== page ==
Previous studies have shown that waste effluents from hospitals contain higher levels of antibiotic-resistant enteric bacteria than waste effluents derived from other sources (5
). To our knowledge, no investigations have been conducted concerning the effects on the indigenous bacterial microflora of sewage caused by the release into sewers of effluents from hospitals or other potential sources of antibiotic-containing effluent such as pharmaceutical plants. In this study, we have used Acinetobacter
spp. as bacterial indicators of antibiotic resistance to investigate whether the discharge of wastewater from a hospital and a pharmaceutical plant may increase the numbers of antibiotic-resistant bacteria in the receiving sewers. Acinetobacter
spp. were chosen as the target group of bacteria due to their ubiquitous distribution in the environment (1
) and their remarkable ability to develop resistance to antimicrobial agents (2
), which makes these microorganisms particularly suitable for monitoring antibiotic resistance in the environment.
Samples were collected from sewers receiving wastewater from a hospital and a pharmaceutical plant. During the period of sampling, products containing penicillin, tylosin, tetracyclines, and to some extent sulfonamides and streptomycin were the principal products prepared at the pharmaceutical plant. Sampling sites were situated upstream (site A) and downstream (sites B and C) from the sewage discharge points of the hospital and the pharmaceutical plant. At the hospital, site A was situated 350 m upstream from the discharge point, site B was 60 m downstream, and site C was 500 m downstream. At the pharmaceutical plant, site A was located 70 m upstream from the discharge point, site B was 30 m downstream, and site C was 250 m downstream. Samples were collected from each of the sites four times between June and September 1997. Samples of sewage mixed with sediment particles were aspirated from the bottom of the sewers with sterile 150-ml syringes and catheters and transported to the laboratory within 1 h. Serial 10-fold dilutions of samples were prepared in physiological saline, and 0.1-ml aliquots were streak plated on Luria-Bertani agar (LBA) (10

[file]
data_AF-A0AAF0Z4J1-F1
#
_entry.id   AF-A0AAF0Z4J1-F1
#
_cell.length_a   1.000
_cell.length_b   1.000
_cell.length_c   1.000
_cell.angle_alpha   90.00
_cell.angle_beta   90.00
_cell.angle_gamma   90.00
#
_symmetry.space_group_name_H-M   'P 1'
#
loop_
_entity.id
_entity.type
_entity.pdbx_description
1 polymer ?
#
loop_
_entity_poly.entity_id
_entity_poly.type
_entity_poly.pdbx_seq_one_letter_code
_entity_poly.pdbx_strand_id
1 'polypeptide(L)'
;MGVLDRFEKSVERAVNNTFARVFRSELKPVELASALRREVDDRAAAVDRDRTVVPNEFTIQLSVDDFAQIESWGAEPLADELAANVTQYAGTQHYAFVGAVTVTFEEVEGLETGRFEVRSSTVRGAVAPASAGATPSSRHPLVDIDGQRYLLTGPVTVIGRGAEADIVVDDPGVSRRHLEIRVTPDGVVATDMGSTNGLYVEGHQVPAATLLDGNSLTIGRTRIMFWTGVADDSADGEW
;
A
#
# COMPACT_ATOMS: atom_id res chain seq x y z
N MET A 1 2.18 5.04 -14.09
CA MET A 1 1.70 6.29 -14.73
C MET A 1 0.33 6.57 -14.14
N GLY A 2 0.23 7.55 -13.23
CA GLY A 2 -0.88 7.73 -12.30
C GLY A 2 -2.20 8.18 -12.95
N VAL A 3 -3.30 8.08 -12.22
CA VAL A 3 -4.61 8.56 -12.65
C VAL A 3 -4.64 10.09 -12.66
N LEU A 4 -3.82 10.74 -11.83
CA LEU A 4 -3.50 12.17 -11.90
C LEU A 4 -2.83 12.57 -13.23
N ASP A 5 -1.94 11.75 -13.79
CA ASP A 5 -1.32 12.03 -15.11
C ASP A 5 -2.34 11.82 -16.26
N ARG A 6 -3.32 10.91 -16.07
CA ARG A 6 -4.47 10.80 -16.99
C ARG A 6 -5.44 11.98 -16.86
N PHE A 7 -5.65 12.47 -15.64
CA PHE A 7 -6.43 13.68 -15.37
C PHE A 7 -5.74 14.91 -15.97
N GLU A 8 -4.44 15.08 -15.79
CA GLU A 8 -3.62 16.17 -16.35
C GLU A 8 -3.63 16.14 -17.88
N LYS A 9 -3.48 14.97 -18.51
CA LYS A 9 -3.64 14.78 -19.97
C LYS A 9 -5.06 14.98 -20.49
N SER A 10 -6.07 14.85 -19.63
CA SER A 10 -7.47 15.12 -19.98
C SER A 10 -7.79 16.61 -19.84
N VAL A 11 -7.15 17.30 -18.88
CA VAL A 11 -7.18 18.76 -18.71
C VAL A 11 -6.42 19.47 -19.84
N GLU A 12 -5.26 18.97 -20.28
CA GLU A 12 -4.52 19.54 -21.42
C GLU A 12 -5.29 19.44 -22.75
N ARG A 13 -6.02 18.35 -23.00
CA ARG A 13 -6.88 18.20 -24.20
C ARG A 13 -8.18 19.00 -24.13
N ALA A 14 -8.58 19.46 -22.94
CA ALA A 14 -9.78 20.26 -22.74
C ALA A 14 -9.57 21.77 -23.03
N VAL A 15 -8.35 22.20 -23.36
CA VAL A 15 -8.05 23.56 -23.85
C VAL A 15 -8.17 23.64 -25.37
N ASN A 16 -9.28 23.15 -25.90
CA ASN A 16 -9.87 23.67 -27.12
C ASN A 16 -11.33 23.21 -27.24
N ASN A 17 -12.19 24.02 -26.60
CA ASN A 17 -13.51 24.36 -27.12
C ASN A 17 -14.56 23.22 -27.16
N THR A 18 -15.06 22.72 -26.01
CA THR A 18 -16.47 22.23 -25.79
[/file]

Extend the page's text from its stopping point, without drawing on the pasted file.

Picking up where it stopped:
). Plates were incubated for 24 h at 30°C before bacteriological counts were performed. At the hospital sewers, total bacterial counts were below 5 × 103
CFU/ml in samples from site A and varied from 1.07 × 106
to 7 × 107
CFU/ml in samples from sites B and C. Among samples collected from the sewers at the pharmaceutical plant, total bacterial counts varied from 5 × 105
to 1.22 × 107
CFU/ml and no significant differences were detected between upstream and downstream samples. At the last two sampling times only, relative numbers of Acinetobacter
spp. among total heterotrophic bacteria were determined in samples collected from the sewers at the pharmaceutical plant. For this purpose, plates for bacteriological counts containing an adequate number of colonies (100 to 150) were replicated on nylon membranes (Hybond-N; Amersham International, Little Chalfont, Buckinghamshire, England), and the membranes were hybridized with a genus-specific probe as described below. At both sampling times, the prevalence of Acinetobacter
among total culturable heterotrophic bacteria was higher in samples from sites B (23 and 42%) and C (9 and 31%) than in those from site A (<1% and 4%).
Bacteria were isolated by using a selective enrichment procedure for Acinetobacter
). From each sample, 20 to 30 subsamples were enriched by inoculating 1 ml of sewage into 9 ml of Baumann medium (Bie and Berntsen, Aarhus, Denmark); this was followed by incubation at 30°C with vigorous shaking. After 48 h of incubation, enrichment cultures were streaked on LBA and incubated at 30°C overnight. Subsequently, two or three colonies showing different colony morphology were selected and subcultured on LBA to obtain pure cultures. Acinetobacter
isolates were identified by colony hybridization with a genus-specific 16S rRNA-targeted alkaline phosphatase-labeled oligonucleotide probe (DNA Technology, Aarhus, Denmark), the specificity of which had been evaluated previously by dot blot analysis (15
). Colonies from overnight cultures were transferred to nylon membranes and treated for hybridization as recommended by the manufacturer. Acinetobacter calcoaceticus
ATCC 23055 and Escherichia coli
39R 861 (13
) were included on all membranes as positive and negative controls, respectively. Hybridization was performed at 46°C by the protocol described by Wright et al. (17
). Among the 770 isolates obtained, 385 were identified as Acinetobacter